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they think that the big government programs are broken and i' not working for them. so i thin tt we see this movement and its ounger voters being disinfected with the policy of th presidentstephen is moving towards republican thinking? and so who is to say this? >> well, i think it's incumbent on theop coming up in 2014. they have to make the sales pitch. young people are suffering and there's no doubt. but that doesn't mean that it will translate with political benets. the gop has to be able to psuade these individuals and make the bleeding stopped. the president obama said he wants to fundamentally transform america, that is built on the backs of young people and that is predicated on the fact thht young people will be voting for liberal policies in the next 50 years.
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and if the gop can make a sales pitch, we will have these going 20 or 30 years down the road. >> you guys are way wiser than her years would indicate. i want to thank you bot and i appreciated. >> thank you so much. see why democrats are calling for investigations over traffic so talk about a bridge to nowhere where is all of this deliberately going? we will have that so i can reach ally bank 24/7, but there are no branches? 24/. i'm sorry, i'm just really reluctant to try new things. ally? what's wrong with trying new things? look! mommy's new vacuum! (cat screech) you feel that in your muscles? i do... drink water. it's a long story. well, not having branches let's us give you grearates and service. i'd like that. a new way to bank. a better way to save.
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ally bank. your money needs an ally.
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steam on all right, are your tax dollars going to work or maybe for the wrong work? or maybe all of this is a piece of work? democrats are calling for more
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investigations into why the traffic was backing up. a lot of these same folks haven't said a lot about the people dying in benghazi. liz macdonald says that she feels upset. so you don't like this. is it a double standard? >> yes. and what happened with george washington bridge was awful. people not getting the care they needed, missing children, people searching for those children. it was awful. but what i'm saying is that everyone in office works for the taxpayer in this and this is not about what is good for the party, viaemocrats or republicans. but it's about wt is good for the taxpayer. and that is to get to the bottom of benghazi, it's not a political thing. do not let things like wht happened with george washington bridge happen ever again. both with benghazi and the george washington bridge.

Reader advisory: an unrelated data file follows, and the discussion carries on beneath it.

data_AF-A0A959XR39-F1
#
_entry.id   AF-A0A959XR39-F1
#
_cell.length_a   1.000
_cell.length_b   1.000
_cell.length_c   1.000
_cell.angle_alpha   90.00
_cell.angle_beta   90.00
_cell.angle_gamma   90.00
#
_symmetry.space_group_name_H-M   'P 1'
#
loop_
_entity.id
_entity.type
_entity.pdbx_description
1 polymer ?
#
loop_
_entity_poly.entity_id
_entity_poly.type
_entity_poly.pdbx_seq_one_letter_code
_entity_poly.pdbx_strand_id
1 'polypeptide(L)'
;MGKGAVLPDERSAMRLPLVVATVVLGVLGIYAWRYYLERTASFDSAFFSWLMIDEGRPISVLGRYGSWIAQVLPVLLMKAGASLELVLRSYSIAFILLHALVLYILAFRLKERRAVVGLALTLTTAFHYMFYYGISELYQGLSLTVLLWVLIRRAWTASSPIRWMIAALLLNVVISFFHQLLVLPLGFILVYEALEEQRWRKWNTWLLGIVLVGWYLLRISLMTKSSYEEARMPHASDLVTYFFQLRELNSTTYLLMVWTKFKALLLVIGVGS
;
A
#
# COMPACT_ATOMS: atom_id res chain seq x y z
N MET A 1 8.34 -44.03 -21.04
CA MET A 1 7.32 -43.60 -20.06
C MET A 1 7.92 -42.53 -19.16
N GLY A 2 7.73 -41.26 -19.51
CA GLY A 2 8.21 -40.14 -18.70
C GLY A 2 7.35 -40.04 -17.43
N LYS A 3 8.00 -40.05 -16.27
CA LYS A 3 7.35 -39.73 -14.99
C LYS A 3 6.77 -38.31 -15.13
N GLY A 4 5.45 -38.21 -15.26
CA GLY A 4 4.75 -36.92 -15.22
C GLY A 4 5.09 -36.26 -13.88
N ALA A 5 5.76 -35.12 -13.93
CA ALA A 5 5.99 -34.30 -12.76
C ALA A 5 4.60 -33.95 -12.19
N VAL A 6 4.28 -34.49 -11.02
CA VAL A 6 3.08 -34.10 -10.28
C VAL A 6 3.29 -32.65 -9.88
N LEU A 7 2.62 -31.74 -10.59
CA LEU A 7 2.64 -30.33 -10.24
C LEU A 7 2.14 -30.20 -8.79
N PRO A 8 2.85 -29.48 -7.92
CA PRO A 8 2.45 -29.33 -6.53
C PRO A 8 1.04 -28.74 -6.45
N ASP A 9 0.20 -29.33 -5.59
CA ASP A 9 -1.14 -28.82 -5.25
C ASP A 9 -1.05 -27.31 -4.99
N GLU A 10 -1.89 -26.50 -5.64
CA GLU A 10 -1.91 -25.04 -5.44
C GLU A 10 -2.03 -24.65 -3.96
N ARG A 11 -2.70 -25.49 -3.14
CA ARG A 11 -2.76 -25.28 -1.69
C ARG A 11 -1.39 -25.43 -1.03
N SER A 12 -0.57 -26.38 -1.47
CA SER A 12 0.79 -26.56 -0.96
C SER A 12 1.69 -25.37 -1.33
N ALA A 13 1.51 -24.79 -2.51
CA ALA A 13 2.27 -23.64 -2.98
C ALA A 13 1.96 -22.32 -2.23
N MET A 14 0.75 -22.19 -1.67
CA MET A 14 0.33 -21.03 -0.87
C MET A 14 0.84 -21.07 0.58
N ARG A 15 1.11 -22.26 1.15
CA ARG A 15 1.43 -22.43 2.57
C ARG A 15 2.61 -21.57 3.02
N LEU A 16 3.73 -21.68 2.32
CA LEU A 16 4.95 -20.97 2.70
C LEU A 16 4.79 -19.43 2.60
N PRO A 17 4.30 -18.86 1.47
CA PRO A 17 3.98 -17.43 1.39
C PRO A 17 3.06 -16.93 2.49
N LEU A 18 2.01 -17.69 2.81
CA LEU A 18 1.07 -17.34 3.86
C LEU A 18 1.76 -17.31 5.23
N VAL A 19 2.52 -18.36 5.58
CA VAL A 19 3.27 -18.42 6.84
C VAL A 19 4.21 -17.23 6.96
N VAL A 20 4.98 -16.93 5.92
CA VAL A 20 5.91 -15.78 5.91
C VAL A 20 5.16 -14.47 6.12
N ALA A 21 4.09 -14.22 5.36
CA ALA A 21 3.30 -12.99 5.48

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>> if you want to get to the bottom, g to the bottom of it. going after reporte and the like. they getting to the bott of these things and not just picking and choosing what you want to get to the bottom of it or not i agree. we hould always get to the bottom of these things. we are goingto compare these two, i do think it's worth pointing out that the bridge fiasco is pure and simple a political punching bag issue. neil: so what were they targeting? was a blatant political targeting? >> yes, quite a few did call for investigation of that and i wanted to contrast it with bghazi which was a horrible national tragedy tt affects all of us and that of course we should investigate what went wrong. but not to confuse it with a
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political situation. >> we don't know what was going on there. i'm saying is that this is part of the argument. >> yes, they should be it on twitter right now. >> that's all they do. >> absolutely. yes, you are absolutely right and that's when trying to get out. we see so much about the political parties and we have to go after the root of this and what isest for the u.s. taxpayer. >> i'm not trying to minimize this. i think it's a clear hing that is orchestrated by the governor. and we see this all the time on the right and left anda promise of action, getting to the bottom of this. the other side calling for the investigation and i think that both sides should be defended
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and all of the above. and yet i think that they both talk about the. >> well, you know, we are partly to blame. >>n the behalf ofliz macdonald. and so we love these boxing matches and we love the fights and i think the american people, they love them too. but generally they don't love the fights. so the question bcomes how hh up didit go. this thing with chris chrise is unique because it was so close to him and he has said as much. >> i think you it personally bother me on that vel alone.
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>> but with the irs then, it was not particularly high,. >> good luck because it's talking about what is going on with the irs. and so that is the problem. and it's scary for every taxpayer in this country what is going on in the politicization of impossible with the agency. >> but atom doesn't adam doesn't care. >> yes, i do care. especially if it were politicized at a high level. >> we do know that 10 democratic senators put pressure to o more >> okay, i bet you thought that those jobs created last month were pretty bad. what if i told you that the president gets his way and he president gets his way and he will be begging for this